Mr Samuels answered that as far as Durban II is concerned, we need to vigilant and we need to be there. As for Ahmanijehad, Mr Samuels believed that the matter is not black and white. We need to contain Ahmanijehad with wisdom. Iranians are proud people, but they can be made to understand that this is not good for them either.
Antti Hämäläinen, Finland, Board member of the European Coalition for Israel
Mr Hämäläinen made a comment that anti-Semitism is spiritual, so it will continue working until the Messiah returns and finishes with it.
Mr Green agreed with Mr Hämäläinen and said that anti-Semitism is the oldest hatred. It will be there, but what we can do, he said, is to make sure that the Jews will never face it alone any more. We will fight together against it.
An opinion on the contents of the Holocaust Memorial Day, as it is celebrated nowadays was shared. It is true that what starts with the Jews, eventually embraces the human condition, the speaker said. It is because of the activity of the human rights movements that the Holocaust day today is more generic in nature. Our challenge is to bring the focus back to the Jews, on the Shoa. The Holocaust Day celebration is good, the speaker said, but nowadays it is not the kind of day he would like it to be.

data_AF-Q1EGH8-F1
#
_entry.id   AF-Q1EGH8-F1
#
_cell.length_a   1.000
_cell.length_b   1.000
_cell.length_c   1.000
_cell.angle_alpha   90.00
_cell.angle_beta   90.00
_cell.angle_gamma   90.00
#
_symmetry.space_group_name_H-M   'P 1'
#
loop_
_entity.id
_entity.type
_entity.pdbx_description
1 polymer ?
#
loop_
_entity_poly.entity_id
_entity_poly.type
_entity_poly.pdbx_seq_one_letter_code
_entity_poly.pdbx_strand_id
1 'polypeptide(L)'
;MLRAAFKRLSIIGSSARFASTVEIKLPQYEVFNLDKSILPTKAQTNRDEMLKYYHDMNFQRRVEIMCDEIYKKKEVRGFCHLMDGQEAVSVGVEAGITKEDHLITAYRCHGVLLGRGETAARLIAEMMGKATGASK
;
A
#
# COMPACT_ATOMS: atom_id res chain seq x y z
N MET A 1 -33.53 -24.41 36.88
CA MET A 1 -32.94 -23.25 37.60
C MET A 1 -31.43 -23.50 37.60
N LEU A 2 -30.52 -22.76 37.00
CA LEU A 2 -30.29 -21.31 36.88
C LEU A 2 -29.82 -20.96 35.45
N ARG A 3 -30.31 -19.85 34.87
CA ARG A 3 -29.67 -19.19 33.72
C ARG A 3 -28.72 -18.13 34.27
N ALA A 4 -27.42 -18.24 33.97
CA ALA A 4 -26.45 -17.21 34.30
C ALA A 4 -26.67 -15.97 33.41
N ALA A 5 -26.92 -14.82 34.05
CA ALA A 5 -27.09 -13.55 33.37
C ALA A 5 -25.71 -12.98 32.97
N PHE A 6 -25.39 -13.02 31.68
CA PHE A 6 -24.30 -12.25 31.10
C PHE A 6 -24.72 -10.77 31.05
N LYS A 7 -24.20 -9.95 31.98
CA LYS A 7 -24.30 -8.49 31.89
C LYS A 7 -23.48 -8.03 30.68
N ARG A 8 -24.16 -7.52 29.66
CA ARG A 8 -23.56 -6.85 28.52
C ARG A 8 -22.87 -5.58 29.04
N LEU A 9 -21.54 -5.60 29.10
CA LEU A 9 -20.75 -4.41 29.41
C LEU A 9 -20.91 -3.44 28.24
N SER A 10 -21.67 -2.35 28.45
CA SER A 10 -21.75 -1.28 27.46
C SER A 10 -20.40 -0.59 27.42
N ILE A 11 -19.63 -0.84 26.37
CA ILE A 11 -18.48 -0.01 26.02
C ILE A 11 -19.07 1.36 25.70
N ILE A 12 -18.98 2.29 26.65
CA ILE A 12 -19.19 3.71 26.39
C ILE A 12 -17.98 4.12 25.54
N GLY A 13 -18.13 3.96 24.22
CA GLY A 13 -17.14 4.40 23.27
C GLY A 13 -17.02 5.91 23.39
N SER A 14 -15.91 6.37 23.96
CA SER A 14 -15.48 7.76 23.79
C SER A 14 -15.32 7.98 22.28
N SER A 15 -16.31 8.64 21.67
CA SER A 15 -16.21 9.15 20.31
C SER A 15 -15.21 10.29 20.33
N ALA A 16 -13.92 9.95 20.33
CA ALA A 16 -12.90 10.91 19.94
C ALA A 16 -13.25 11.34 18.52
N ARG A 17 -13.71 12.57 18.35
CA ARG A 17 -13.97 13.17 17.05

Question to Shimon Samuels
The academia is extremely anti-Israeli. Is there anything being done to combat the anti-Israeli views of the academic world?
Mr Samuels answered that the problem is growing. He said that we need a new generation of professors. What we do first of all is monitoring, which is easier now because of the internet. Secondly, we do counteraction. We need to apply research. And the third thing is prevention, which means long-term education.
Mr Sandell said that today we cannot make a clear distinction between anti-Semitism and anti-Israelism. The theme from now on is slightly different, and it has to do with the security of the modern state of Israel. Which are the new threats and what can we do to help Israel?
Ran Curiel, the Israeli Ambassador to the EU
Mr Curiel started by referring to the day before, the celebration of the 70th year after Kristallnacht. In 1938 Germany kept silent, and the whole Europe was silent. This year we also celebrate the 60th anniversary of the state of Israel and 50 years of the creation of the European Parliament. The creation of the Parliament was the response of Europe to the threat on its moral existence. The shared history of the Jews and Europe is even today the basis for the relations with Israel and the EU.